The debate over what is going on in North Cowichan’s municipal forest reserve rages on and advocacy groups are calling on staff and council for more consultation and transparency.
Icel Dobell with Where Do We Stand said more consultation needs to be done.
Instead of the municipality doing what it said it was going to do, namely, allowing for consultation, input, and transparency, Dobell said it isn’t following through on its promise to remove blowdown from the reserve without impacting live trees, adding that the municipality is engaging in patch clearcutting.
“Harvesting began on Maple Bay and more recently on Stoney Hill, it became apparent that this is patch clearcutting, this is not pulling a few trees from the side of the road, and there were areas where there were few and far between 12 or 13 trees,” said Dobell.
However, council has stated that blowdown would be removed from the forest reserve and existing contracts would be finished up and North Cowichan Mayor Al Siebring said just because there are stumps present doesn’t mean North Cowichan is clearcutting.
Siebring said, “I toured the area yesterday and that simply isn’t the case, if you actually look at what’s going on, there are some stumps there, but the reality is that the stumps are, in many cases, blowdown trees that when you cut the tree off, five feet from the base, a huge root ball that was uprooted in the wind pops back down into its original hole.”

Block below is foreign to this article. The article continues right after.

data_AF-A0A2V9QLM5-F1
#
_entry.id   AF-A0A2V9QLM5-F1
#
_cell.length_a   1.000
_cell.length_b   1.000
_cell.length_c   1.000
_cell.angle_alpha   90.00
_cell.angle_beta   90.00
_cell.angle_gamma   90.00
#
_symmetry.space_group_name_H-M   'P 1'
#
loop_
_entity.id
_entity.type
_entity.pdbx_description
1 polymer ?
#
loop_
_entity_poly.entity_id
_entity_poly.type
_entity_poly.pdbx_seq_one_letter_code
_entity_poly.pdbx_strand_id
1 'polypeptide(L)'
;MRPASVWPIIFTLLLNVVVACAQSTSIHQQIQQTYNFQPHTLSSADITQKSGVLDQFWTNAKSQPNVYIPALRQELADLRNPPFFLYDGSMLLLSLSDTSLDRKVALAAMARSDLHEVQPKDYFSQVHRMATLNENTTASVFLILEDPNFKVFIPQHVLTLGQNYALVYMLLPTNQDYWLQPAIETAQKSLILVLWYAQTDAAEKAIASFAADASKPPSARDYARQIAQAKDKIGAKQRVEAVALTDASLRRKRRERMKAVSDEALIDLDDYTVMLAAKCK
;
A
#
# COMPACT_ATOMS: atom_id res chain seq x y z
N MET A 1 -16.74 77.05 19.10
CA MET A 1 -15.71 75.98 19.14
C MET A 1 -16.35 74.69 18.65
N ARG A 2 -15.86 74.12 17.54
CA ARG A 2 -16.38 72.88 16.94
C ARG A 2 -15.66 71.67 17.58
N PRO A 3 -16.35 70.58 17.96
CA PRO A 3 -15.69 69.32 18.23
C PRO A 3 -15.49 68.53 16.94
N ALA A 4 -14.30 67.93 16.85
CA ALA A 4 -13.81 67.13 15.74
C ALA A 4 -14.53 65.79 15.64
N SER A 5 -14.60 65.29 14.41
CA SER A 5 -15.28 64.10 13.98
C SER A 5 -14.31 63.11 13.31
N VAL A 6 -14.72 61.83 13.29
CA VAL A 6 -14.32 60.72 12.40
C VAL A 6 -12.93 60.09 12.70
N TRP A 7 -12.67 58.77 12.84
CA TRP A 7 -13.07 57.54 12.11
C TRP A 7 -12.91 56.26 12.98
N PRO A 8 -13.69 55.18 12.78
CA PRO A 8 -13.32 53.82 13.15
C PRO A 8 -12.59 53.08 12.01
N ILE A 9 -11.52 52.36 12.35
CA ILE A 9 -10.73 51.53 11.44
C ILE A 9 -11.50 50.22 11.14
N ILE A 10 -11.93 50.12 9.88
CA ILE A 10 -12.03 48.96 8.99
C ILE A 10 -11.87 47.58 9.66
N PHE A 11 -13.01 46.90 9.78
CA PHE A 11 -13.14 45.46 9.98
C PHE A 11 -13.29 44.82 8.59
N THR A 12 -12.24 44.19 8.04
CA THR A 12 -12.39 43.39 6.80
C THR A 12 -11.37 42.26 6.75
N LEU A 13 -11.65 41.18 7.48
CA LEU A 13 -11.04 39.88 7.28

Dobell said there are many different perspectives on what should be done in the forest reserve, adding that eco-foresters and many others need to be heard.
“From February 14th on, groups like Where Do We Stand and individuals were asking for eco-foresters to be allowed to give a different perspective and for there to be (at least before harvesting on Stoney Hill), one meeting for discussion, for questions and answers, for debate, and for all perspectives to be put forward,” said Dobell.
Dobell has accused North Cowichan of patch clearcutting and Siebring said the municipality is removing blowdown from the December windstorm and finishing up existing contracts.
He added that consultation needs to be based on fact, not accusations.
“If we’re going to do public consultation on this stuff, we have to do it based on correct information, we can’t be working on misinformation that’s out there, that panics the community and alarms the community about all the terrible logging practices that we’re supposedly engaged in, when we’re doing exactly what we said we were going to do, we’re doing it sustainably, and we’re doing it well,” said Siebring. ”
Siebring said the log storage from the blowdown is filling up quickly and it was expected that the usable timber would be out of the forest reserve by last night.